Johnny Knoxville looks like he’s positioning himself for a round of therapy. He’s stretched out on a couch in his office, hands folded over his chest as he speaks to the ceiling. He’s comfortable and reflective. At this very moment, he evokes the image of a man in a session. And, in some ways, he is.
"I’m so clear," he says of his present state of mind, "and I’m not battling myself like I was. I’m in a totally different place in my life. All my energy is not spent spinning out."
At age 37, Knoxville is gaining perspective, the kind that comes with mid-life. He was 30 when MTV picked up "Jackass," in which he performed ridiculous stunts not for bravery but for laughs. No one who knew him back in Knoxville was surprised. He has always been outlandish. The only difference now is he was getting paid for it. On "Jackass," Knoxville let himself be turned upside down in a portable toilet filled with poo. He stood against a wall while school children kicked him between the legs. He was blindfolded as a raging bull came toward him, horns ready to do their business.
America laughed. MTV saw some of its biggest ratings ever, and Knoxville prodded and poked his way to fame. Teenage guys imitated his pranks. Many were injured. A few even died.
With his wild-man rep and an audience behind him, Knoxville soon found a movie career. He takes film roles based on who he’ll work with, not how much money potential is there. It’s not like he needs the money desperately.
"Jackass" the TV series has done boffo business on DVD around the world. It spawned two movies, both of which made more than $70 million each domestically at the box office. That’s before the movies went abroad.
As a result, Knoxville went from Hollywood unknown to pop culture hipster. In the years between now and then, the artist formerly known as PJ Clapp from South Knoxville has been on an adventure that most folks dream about but few get to actually experience.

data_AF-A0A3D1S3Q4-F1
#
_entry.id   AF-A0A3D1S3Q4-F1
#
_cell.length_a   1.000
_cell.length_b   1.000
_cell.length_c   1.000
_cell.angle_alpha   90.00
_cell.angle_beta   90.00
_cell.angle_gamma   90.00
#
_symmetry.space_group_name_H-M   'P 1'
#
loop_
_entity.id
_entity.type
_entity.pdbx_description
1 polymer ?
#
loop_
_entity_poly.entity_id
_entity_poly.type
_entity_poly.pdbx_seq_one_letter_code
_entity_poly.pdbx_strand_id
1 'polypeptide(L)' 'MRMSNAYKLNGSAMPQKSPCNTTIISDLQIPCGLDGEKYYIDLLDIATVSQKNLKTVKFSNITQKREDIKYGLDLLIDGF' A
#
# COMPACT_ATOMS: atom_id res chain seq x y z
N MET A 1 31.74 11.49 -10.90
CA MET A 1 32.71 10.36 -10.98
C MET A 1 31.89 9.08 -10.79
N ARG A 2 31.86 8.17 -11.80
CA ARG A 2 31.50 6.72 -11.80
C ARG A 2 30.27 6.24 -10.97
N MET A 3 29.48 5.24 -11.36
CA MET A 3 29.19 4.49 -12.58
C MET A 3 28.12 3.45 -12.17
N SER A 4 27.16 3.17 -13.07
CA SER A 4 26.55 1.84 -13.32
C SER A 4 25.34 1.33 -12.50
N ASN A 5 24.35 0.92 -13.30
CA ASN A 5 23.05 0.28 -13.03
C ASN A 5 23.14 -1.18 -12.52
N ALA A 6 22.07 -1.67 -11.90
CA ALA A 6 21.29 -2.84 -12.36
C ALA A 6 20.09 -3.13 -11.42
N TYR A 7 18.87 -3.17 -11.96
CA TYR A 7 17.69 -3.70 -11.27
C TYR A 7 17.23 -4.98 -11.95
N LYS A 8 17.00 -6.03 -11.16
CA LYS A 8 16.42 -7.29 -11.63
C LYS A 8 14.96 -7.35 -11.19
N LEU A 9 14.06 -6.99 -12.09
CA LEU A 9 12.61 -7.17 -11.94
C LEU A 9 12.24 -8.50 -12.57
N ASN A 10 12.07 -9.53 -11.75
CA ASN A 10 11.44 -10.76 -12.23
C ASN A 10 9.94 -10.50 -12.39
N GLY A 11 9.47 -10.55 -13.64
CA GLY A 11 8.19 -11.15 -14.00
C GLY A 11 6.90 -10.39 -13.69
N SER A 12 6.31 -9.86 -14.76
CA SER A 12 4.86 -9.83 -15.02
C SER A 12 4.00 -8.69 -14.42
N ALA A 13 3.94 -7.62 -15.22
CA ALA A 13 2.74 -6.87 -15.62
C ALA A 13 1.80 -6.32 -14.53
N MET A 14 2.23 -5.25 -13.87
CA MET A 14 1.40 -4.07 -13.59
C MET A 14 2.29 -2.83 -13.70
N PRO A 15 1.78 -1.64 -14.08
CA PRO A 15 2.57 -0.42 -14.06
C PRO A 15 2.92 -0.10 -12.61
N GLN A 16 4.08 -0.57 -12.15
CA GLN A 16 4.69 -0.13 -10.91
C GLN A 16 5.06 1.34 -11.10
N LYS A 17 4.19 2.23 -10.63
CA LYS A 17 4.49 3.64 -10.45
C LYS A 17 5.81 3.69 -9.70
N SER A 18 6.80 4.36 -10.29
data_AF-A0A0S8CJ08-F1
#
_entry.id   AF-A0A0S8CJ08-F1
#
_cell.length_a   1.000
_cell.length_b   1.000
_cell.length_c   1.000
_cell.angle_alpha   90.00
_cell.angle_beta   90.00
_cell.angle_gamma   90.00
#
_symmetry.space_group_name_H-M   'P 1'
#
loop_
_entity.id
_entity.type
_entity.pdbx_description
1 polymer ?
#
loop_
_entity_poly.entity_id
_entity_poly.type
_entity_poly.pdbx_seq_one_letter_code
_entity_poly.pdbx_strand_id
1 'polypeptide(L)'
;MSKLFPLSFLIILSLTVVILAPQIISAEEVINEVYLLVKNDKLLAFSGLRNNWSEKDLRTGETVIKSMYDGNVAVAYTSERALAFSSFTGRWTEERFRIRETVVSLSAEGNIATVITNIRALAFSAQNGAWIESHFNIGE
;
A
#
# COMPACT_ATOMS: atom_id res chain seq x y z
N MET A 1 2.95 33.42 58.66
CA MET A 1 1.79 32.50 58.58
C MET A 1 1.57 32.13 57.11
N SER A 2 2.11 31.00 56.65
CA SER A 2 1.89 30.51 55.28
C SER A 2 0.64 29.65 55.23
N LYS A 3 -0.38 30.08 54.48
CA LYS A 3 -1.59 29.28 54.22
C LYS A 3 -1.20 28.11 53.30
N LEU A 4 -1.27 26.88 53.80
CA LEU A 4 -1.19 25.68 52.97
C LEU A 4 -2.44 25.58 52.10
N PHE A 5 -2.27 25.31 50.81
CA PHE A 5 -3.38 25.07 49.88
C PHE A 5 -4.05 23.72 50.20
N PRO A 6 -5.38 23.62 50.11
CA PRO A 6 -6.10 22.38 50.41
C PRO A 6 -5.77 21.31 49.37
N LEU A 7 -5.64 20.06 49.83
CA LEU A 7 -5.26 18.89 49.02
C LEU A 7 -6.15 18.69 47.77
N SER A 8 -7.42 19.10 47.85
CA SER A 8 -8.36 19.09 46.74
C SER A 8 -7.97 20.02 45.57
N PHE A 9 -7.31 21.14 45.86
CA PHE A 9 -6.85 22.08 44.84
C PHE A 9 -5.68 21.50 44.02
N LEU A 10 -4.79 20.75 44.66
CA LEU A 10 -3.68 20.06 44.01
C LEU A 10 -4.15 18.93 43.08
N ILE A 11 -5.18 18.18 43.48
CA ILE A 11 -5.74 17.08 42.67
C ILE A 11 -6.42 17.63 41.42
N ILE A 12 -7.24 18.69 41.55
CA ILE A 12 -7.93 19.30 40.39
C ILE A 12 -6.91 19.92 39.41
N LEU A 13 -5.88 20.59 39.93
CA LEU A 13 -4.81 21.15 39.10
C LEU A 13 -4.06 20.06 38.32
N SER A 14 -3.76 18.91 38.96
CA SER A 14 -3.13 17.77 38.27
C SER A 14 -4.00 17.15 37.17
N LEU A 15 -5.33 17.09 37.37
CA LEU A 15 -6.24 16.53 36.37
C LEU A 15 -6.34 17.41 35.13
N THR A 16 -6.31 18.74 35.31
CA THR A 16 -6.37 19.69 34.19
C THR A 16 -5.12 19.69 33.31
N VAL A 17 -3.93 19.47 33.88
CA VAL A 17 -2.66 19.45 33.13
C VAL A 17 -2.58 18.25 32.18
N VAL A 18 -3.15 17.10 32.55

He’s been the buzz of Hollywood, the favorite subject of supermarket tabloids, a much sought-after actor, a stuntman, a party boy and producer. Almost daily, his cell phone is so full of messages that it’s just easier to text him. Everybody wants a piece of him, and, for many years, he let them have as much as they wanted.
Tabloids have reported affairs all over town — from Jessica Simpson to Drew Barrymore. If even half of them are true, Knoxville would have been a busy man when he was married. He’s never admitted to any of them. In 2008, after more than a dozen years together, he and his wife, Melanie, divorced. They sold their home in the Hollywood Hills for nearly $2 million.
Knoxville is now in a new relationship. Her name is Naomi Nelson, but she’s stayed out of the press. All Knoxville wants to say about her is that she makes him happy. He blushes when he’s asked if he’s in love. He credits this new love for his new and more positive view of life. "I’m lucky enough to be with someone, and I am happy," he says. "I feel very lucky. I’m not out running around all the time."
He doesn’t party as much as he used to?
Knoxville pauses, searching for the words. He wants to carefully phrase what he wants to say on the record.
"I don’t party as much as I used to. I’m not partying constantly and constantly battling myself. I’m with someone, and we are very, very happy. And all the energy I spent spinning out constantly, man, it took a lot of time. My energy can now go into work and my daughter."